Successful economies are dependent on transportation to connect people and goods. America’s transportation infrastructure, however, is aging and its increasing inefficiency (in the form of congestion due to overutilization) costs the economy over $1 trillion annually. Safety is another pressing concern as vehicle collisions cause approximately 40,000 deaths annually in America.

A transportation system based on cooperative, automated vehicles is a solution to these problems. Such a system is expected to reduce accidents, virtually eliminate traffic jams, optimize the flow of people and goods across public roads, extend personal transportation to the disabled and elderly, and lessen the number and size of roadways. Because it also exposes users to new security risks, due to increased reliance on computers, sensors and networked communication, it it is essential that we understand the threats to, and prepare for attacks against, automated vehicles prior to general deployment.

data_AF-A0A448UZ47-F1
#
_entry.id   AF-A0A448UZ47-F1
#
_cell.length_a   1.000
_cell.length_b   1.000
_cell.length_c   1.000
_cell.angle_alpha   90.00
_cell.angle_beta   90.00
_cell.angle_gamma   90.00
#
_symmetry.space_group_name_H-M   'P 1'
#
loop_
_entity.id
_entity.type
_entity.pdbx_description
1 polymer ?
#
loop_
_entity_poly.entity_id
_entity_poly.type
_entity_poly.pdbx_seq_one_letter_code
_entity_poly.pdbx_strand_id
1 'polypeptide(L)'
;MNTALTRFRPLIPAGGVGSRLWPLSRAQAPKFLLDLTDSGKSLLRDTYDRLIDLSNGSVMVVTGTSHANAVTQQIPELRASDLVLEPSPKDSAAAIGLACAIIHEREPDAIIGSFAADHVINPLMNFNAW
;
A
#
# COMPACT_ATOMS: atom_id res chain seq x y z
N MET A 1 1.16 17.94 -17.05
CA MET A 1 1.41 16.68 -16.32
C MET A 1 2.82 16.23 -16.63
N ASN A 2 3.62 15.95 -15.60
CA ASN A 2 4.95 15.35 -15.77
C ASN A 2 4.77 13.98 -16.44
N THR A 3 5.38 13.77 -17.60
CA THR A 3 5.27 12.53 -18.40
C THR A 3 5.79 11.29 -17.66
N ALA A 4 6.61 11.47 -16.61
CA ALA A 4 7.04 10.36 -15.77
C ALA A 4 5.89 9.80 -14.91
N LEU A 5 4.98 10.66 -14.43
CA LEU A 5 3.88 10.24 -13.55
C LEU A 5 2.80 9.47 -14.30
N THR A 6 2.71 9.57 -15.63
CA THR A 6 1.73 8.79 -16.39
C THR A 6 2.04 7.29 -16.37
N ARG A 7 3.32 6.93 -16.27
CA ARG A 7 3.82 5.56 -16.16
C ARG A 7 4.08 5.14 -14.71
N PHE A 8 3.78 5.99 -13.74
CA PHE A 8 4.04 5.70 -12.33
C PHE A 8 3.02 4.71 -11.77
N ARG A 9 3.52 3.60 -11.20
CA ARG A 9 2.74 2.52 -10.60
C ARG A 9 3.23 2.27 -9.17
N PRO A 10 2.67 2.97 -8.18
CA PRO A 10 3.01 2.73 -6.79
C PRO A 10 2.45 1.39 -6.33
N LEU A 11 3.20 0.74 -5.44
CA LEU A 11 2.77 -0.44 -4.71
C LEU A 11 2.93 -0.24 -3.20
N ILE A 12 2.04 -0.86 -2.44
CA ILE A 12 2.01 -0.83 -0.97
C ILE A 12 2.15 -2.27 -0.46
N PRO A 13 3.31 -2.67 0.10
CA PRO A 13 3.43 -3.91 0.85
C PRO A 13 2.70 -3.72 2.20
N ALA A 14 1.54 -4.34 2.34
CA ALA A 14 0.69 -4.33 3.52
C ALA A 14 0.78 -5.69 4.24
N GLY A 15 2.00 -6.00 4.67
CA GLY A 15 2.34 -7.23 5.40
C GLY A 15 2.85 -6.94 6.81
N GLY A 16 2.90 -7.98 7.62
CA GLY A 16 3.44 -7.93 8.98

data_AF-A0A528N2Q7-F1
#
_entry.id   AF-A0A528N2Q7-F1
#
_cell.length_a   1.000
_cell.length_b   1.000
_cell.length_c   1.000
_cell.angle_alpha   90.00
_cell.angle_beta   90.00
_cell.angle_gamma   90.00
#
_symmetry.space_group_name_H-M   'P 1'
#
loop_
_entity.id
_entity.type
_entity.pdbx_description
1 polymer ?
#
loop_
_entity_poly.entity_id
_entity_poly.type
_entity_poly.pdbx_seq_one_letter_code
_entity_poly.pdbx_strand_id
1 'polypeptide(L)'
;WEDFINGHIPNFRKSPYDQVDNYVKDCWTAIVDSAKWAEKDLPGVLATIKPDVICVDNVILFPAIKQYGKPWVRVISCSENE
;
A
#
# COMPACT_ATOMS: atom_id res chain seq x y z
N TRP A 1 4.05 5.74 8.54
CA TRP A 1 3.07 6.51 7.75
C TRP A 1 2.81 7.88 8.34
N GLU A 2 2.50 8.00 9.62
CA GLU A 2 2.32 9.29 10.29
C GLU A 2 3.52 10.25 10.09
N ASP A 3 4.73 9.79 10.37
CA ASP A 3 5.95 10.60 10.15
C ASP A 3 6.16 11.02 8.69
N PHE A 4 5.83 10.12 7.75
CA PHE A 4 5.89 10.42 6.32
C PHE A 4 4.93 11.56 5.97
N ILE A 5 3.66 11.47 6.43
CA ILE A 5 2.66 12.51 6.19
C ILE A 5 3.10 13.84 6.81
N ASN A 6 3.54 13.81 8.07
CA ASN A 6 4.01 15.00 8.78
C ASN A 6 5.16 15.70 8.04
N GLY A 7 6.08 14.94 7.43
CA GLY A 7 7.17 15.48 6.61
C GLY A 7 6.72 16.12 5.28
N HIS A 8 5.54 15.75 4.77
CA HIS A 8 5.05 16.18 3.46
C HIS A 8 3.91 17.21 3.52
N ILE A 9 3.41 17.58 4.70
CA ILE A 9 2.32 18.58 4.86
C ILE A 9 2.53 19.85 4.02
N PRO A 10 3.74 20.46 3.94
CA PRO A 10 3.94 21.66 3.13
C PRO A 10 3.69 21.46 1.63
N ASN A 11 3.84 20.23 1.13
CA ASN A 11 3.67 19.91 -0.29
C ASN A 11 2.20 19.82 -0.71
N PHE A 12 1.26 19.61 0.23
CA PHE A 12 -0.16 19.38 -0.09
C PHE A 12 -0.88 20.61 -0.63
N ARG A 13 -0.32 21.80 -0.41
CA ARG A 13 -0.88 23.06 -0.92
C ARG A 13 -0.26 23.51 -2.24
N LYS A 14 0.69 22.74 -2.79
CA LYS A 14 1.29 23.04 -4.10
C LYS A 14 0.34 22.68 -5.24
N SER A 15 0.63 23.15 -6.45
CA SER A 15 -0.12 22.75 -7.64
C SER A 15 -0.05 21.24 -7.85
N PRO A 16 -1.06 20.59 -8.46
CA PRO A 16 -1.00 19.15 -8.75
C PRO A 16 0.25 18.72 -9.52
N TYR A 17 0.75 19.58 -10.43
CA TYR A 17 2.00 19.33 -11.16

The goal of the SATS project is to provide a secure foundation for a transportation system that increasingly relies on cooperative automation strategies and vehicle connectedness to achieve increases in safety, efficiency, and capacity. Specifically, we are

  1. developing secure and resilient control and sensing regimes for automated vehicles,
  2. building a framework to enable vehicles to establish peer trust, and
  3. designing an infrastructure with the ability to securely gather and disseminate traffic and environmental data to vehicles for optimal route planning and accident avoidance.